How To Raise Baby Chipmunks

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How To Raise Baby Chipmunks-a-baby-chipmunk
A baby chipmunk

Caring for Baby Chipmunks

Caring for a baby chipmunk can be quite exciting, however, there is some work that’s involved to ensure that the baby chipmunk is getting what it needs not only to survive but to be healthy. If you should ever stumble upon a baby chipmunk the first question that should arise is where is its mother?

Before removing the baby chipmunk wait for a while perhaps a few hours if you can spare that to see if the mother shows up. If the mother doesn’t appear especially if it’s towards evening and night starts to set in then that should be a sign that the baby chipmunk is in trouble and needs your help before it becomes a meal of its predators. Before removing the baby chipmunk look for signs to see if it’s injured, signs such as bleeding or broken bones, the baby chipmunk might also be shivering. If you see one or more of these signs the baby chipmunk needs professional care. Its good also to consult your government wildlife agency to see if it is allowed to care for wildlife in your state.

Once the baby chipmunk is in your care contact a wildlife rehabber, a wildlife rehabber is a profession where persons are trained and involved in the treatment of animals that are orphans, injured, or sick. Once the animal is healed and well able they are released into the wild. The humane society or animal shelter should have a phone contact to reach them.

If you plan to raise the baby chipmunk yourself then set up a baby chipmunk habitat.

A baby chipmunk habitat

Once the baby chipmunk is brought home use a small cardboard box, towels, or pine chips and a heating pad or a hot water bottle which is better, if you’re using a heating pad place the heating pad on its lowest setting. The heating pad should never be in direct contact with the baby chipmunk’s body, If the towels are thick and if the box has a certain thickness place the heating pad or hot water bottle under the towel or the box.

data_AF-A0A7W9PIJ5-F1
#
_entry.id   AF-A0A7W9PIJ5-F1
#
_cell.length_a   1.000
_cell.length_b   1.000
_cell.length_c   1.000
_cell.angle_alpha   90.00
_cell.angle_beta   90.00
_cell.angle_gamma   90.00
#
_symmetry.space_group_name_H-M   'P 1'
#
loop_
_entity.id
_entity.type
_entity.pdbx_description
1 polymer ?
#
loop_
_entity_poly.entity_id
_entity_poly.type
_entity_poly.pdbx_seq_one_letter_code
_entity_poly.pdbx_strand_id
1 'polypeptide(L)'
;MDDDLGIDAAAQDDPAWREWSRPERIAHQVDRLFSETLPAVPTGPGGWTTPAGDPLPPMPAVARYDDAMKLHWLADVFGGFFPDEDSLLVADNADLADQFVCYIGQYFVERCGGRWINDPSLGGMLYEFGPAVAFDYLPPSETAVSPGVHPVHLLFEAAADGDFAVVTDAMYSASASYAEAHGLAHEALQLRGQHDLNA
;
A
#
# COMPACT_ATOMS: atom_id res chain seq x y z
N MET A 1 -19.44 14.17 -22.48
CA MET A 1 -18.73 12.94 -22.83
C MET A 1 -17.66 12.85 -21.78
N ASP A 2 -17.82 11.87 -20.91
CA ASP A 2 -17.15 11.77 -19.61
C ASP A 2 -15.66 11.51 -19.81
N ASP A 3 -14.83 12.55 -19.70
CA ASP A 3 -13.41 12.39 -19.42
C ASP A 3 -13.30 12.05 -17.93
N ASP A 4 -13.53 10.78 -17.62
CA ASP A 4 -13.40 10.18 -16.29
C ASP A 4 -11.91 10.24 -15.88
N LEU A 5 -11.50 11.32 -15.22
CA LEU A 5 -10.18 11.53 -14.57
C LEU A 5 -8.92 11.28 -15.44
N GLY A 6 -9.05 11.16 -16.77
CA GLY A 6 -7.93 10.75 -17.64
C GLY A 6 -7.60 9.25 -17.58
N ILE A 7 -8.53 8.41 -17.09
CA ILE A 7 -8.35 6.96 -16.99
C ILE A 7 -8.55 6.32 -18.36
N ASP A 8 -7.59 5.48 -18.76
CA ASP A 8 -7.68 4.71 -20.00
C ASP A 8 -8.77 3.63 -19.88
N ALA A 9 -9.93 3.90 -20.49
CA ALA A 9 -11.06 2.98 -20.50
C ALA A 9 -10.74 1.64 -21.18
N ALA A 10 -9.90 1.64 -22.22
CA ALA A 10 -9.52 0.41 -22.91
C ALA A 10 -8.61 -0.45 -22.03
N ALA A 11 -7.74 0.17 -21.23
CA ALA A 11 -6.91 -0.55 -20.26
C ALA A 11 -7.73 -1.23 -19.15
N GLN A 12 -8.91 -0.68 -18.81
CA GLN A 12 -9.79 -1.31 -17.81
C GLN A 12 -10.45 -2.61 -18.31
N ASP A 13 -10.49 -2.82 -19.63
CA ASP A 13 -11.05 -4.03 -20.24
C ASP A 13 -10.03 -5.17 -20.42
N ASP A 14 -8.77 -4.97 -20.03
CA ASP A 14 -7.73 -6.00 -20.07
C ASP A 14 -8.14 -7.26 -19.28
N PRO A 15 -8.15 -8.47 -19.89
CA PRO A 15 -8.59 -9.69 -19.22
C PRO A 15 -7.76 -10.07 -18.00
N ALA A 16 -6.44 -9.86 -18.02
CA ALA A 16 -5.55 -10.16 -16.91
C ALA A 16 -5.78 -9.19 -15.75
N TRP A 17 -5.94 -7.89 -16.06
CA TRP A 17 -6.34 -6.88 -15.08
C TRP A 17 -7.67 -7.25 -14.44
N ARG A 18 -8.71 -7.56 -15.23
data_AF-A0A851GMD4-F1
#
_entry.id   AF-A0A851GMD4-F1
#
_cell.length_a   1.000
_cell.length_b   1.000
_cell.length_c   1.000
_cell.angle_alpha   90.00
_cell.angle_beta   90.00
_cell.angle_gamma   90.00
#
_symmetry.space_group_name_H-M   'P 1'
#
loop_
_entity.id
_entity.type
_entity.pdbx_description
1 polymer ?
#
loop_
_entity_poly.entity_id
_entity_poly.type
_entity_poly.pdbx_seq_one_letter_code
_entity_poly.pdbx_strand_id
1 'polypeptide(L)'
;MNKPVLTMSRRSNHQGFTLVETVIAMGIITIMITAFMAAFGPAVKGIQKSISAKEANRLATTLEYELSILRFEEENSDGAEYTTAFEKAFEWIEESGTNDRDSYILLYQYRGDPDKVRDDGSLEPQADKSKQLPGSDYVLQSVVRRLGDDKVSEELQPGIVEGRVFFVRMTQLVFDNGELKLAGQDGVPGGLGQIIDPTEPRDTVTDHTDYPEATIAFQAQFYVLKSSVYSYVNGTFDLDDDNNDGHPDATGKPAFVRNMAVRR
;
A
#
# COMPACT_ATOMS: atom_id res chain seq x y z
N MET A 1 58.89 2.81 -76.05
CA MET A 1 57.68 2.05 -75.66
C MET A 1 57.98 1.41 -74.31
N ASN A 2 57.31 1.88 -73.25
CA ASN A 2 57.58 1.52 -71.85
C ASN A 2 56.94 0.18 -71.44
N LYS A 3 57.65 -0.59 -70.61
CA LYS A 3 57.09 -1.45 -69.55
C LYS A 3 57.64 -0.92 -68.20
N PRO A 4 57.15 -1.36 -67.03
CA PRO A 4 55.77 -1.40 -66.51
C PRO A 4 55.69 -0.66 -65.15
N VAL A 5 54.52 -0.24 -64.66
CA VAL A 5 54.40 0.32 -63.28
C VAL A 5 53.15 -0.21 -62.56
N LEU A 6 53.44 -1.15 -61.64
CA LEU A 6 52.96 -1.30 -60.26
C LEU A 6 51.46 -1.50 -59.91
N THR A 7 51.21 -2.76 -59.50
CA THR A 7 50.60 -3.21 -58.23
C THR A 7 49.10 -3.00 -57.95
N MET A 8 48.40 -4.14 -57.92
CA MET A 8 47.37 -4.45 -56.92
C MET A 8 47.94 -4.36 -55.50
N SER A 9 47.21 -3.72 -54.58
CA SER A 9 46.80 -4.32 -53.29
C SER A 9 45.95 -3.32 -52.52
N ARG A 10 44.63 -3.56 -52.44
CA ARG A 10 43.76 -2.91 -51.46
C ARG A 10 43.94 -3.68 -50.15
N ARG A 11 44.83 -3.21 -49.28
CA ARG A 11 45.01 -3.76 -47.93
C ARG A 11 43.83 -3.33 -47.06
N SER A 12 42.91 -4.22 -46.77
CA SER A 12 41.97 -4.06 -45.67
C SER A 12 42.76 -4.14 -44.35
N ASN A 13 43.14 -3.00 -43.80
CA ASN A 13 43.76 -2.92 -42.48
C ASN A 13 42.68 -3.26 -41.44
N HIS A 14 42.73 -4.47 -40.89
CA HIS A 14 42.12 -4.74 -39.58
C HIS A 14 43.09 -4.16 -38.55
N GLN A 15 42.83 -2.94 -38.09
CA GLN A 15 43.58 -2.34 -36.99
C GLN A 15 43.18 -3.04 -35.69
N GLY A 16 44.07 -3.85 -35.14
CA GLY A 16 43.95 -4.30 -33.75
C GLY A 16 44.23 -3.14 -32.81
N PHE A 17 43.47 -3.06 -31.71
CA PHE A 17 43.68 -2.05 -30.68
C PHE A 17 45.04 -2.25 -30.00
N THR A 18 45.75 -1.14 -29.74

A hot water bottle if used should be monitored, refilled, and warmed, ensure if you’re using a hot water bottle that it doesn’t’s leak. If using pine chips instead of towels, place the pine chip in the bottom of the box this will make a bed that’s comfortable and soft for the baby chipmunk.

Nursing your baby chipmunk

Your baby chipmunk needs to be rehydrated, Pedialyte will work wonders. Warm the Pedialyte to body temperature and with a syringe or eyedropper being to feed the baby chipmunk.

For the first 12 hours after finding the baby chipmunk feed the chipmunk with Pedialyte. Another option that can be used is esbliac puppy milk, with an eyedropper or syringe begin to feed the baby chipmunk. The direction for the proper mixture can be found on the back of the container. All other foods including cow’s milk should be avoided.

When feeding a baby chipmunk wrap it in a towel with its eyes covered, the baby chipmunk should be held firmly and handled as little as possible don’t treat it like a pet except when you’re feeding it.

Getting a baby chipmunk to urinate